All business leaders (myself included) have had to step up to the challenge of addressing what are often unique, always fast-changing business continuity challenges, posed by COVID-19. A recent survey by Mercer (Business Responses to the COVID-19 Outbreak) found that nearly half (42 percent) of all businesses are currently encouraging employees to work remotely and that 92.2 percent of companies have said that working from home remains their primary option of choice during an office closure. Jared Spataro, Microsoft 365 Corporate Vice President, recently shared an email from Microsoft China employee Lily Zheng on her learnings from working remotely during the #COVID19 outbreak.
We have all had to make major changes to how we live and work. When we return to ‘normal operations’ at some point in the future – it is likely that some of these changes might have changed our routines forever.
These are indeed extraordinary times to lead a business – not only to keep operations productive, but most importantly, to reassure and help to keep people safe. At Microsoft, our top concern is the wellbeing of our employees and supporting our customers in dealing with business impact during these challenging times. By making Teams available to as many people as possible, we hope that we can support public health and safety by making remote work even easier.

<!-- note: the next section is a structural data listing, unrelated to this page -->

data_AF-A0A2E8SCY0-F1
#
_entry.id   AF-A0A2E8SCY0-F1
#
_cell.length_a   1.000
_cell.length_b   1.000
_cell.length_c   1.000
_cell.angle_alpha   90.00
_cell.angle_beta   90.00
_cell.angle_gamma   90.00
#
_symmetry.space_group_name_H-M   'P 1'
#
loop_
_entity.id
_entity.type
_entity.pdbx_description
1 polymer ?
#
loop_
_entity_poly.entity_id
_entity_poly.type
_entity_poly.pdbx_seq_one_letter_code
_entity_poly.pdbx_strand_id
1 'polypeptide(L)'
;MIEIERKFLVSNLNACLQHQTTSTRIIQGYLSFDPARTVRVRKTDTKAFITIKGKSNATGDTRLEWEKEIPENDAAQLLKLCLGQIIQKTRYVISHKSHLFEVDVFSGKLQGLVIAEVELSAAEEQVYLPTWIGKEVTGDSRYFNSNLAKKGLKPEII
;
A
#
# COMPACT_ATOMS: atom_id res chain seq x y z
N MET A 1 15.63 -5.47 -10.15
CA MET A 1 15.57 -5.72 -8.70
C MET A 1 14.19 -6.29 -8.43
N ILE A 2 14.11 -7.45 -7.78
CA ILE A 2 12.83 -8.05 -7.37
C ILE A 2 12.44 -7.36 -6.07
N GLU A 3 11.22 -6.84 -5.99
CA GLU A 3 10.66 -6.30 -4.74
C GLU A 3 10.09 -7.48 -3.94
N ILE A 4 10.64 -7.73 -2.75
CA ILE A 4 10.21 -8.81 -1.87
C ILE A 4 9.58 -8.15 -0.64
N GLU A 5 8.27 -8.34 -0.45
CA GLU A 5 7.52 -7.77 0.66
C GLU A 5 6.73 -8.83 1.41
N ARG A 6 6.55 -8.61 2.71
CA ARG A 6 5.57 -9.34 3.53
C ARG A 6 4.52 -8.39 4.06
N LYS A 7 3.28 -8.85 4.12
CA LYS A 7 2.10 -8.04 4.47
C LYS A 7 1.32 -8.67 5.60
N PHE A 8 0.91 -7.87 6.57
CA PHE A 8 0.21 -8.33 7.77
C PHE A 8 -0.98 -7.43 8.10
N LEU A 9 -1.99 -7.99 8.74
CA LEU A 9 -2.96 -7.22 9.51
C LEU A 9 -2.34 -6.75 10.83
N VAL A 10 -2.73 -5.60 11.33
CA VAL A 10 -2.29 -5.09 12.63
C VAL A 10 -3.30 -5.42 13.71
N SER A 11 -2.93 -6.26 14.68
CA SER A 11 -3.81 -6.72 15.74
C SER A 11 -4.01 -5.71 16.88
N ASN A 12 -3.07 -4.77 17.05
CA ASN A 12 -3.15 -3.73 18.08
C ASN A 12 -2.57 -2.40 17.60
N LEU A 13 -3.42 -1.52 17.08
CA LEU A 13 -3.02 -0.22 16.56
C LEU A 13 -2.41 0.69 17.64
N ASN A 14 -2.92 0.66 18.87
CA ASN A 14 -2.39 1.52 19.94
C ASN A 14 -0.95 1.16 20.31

Today in a Microsoft 365 blog post, we detail how individuals and organizations can access Teams for free and what we’re doing to ensure continuity of service during increased usage.
The Mercer study also highlights that many employees rely on their employers to monitor and assess the situation and share key findings with them. For example, it is important to not only gather information from the World Health Organisation (WHO) and government entities, but to evolve business continuity plans and communications to reflect the latest developments. Brad Smith in a recent blog post, reinforced how we’re actively helping “healthcare teams stay connected with telehealth solutions, schools and universities stay connected with students through virtual classrooms and online learning, and governments stay connected with their citizens with the latest guidance and resources made available online.”
I also totally agree with Brad’s sentiment that while our technology has a vital role to play in supporting people and organizations, it is our individual actions in: staying focused on personal and public health as the priority, helping individuals to adjust and ensuring we are integrating the latest and most relevant guidance into our business continuity plans – that will allow us to overcome this very unique operating environment. I am inspired daily by the stories I hear of companies addressing these challenges – and wish all of us the very best in continuing to do so.